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Valley Focus | Valleywide

Man Gets Five Years for Fraud Scheme

January 15, 1998|TOM BECKER

A former San Fernando Valley resident was sentenced to more than five years in federal prison after he was convicted in a scheme to fraudulently obtain more than $2 million in mortgage loans to purchase three Valley homes.

Stuart Rosenberg, 55, now a Las Vegas resident, masterminded a sophisticated scheme in which he made false statements on loan applications, sometimes forging another person's name and Social Security number, and inflated the purchase price of homes. Once the bank loaned him the money, Rosenberg would pay the seller and pocket the difference--between $100,000 and $200,000 a home--according to the U.S. Attorney's Office.

Rosenberg was convicted in March on two counts of making false statements on a loan application, two counts of bank fraud and two counts of money laundering. On Tuesday, he received two 24-month sentences for the false statement charges to be served concurrent with a 64-month sentence for the fraud and money laundering convictions. U.S. District Judge J. Spencer Letts also ordered Rosenberg to pay nearly $53,000 in restitution to Glendale Federal Bank and more than $7,000 in restitution to American Savings Bank. In total, losses suffered by the banks topped $2 million.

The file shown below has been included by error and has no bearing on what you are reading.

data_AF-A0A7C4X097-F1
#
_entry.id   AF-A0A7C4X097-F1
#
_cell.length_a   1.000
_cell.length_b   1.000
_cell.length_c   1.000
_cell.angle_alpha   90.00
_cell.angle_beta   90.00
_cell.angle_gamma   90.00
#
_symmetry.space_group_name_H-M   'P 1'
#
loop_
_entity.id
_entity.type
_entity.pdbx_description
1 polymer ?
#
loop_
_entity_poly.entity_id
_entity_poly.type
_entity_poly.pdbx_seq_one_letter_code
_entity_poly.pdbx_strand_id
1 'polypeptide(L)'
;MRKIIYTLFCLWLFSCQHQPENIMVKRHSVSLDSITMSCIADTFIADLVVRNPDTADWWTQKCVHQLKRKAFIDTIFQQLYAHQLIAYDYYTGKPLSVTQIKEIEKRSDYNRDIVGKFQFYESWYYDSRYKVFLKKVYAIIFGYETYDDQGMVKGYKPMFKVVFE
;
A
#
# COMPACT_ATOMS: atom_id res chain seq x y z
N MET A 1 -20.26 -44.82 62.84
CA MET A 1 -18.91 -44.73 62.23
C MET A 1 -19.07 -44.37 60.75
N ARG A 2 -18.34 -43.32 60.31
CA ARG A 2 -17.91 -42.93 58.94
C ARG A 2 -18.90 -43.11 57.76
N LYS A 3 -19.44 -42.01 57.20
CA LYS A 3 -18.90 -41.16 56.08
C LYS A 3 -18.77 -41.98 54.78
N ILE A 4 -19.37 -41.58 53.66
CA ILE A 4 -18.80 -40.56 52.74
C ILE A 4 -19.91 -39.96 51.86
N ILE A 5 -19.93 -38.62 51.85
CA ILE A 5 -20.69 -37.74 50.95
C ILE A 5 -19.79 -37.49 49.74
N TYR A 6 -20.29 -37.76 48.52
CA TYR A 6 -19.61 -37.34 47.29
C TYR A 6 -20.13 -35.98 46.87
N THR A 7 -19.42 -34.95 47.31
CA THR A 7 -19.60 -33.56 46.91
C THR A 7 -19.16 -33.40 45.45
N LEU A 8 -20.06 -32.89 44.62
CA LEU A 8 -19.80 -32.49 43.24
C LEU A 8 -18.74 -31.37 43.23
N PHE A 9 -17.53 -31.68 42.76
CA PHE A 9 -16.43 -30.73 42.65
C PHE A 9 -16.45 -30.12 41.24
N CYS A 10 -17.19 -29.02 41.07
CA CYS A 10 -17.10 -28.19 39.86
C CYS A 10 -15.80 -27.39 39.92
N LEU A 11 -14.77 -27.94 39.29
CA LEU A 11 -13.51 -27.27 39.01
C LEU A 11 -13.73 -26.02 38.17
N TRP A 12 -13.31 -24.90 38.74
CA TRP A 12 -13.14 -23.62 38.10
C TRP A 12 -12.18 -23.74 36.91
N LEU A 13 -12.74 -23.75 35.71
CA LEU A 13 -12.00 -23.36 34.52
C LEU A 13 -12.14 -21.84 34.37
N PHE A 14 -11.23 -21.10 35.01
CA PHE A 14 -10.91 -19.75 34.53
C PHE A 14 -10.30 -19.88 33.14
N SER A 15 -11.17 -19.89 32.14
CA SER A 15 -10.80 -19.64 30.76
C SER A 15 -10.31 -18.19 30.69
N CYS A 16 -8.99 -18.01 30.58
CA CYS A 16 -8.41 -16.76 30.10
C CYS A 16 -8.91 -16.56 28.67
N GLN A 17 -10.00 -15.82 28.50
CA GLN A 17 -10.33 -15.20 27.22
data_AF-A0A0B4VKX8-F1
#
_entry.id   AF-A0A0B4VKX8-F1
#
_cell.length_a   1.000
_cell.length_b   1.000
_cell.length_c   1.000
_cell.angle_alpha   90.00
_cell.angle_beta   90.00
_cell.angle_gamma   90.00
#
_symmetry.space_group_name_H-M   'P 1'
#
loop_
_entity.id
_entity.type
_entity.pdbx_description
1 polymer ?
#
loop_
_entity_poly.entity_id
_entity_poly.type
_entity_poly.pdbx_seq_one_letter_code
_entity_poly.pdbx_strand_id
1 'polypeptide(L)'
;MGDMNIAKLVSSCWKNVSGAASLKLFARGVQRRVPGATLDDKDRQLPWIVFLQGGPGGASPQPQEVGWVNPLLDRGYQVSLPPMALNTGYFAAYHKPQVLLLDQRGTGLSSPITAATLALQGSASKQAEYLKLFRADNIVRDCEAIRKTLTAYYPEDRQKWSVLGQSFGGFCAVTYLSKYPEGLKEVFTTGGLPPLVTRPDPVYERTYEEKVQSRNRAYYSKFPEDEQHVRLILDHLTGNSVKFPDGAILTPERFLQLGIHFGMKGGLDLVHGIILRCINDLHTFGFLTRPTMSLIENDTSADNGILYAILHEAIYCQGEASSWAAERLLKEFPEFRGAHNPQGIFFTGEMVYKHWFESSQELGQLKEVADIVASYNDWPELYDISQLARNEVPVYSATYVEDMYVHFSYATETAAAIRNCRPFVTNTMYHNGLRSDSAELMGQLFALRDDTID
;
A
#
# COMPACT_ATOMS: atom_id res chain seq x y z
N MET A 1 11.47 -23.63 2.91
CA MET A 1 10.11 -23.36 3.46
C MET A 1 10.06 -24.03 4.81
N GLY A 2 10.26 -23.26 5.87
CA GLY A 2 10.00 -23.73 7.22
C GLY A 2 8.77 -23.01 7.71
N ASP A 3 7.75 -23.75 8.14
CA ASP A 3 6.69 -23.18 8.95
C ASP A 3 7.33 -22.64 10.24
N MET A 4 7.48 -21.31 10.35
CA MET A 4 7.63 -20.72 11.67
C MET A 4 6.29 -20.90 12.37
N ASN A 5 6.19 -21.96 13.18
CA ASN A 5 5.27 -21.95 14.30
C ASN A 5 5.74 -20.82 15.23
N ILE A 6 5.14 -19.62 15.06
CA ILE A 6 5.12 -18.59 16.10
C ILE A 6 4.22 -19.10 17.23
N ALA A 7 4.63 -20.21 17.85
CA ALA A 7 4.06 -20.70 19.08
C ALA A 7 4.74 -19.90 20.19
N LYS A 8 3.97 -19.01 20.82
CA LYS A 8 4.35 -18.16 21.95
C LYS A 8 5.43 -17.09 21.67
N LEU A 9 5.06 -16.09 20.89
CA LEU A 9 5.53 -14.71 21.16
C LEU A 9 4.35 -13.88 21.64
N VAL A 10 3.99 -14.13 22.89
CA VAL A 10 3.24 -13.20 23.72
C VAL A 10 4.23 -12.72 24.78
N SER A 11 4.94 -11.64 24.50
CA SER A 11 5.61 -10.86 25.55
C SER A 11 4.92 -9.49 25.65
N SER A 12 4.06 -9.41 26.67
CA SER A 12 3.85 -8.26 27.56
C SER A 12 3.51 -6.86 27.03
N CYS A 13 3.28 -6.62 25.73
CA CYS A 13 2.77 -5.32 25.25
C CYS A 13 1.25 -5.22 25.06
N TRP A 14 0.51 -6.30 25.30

"It was a very sophisticated crime," said Assistant U.S. Atty. Harriet Rolnick, a prosecutor on the case.

Rosenberg was convicted for using the scheme from 1988 to 1991 to purchase homes in Woodland Hills, Encino and Tarzana, although prosecutors suspect he used similar methods to purchase several other homes throughout the Valley, Rolnick said.

Rosenberg was arrested after a joint investigation by the U.S. Secret Service and the Internal Revenue Service Criminal Investigation Division.

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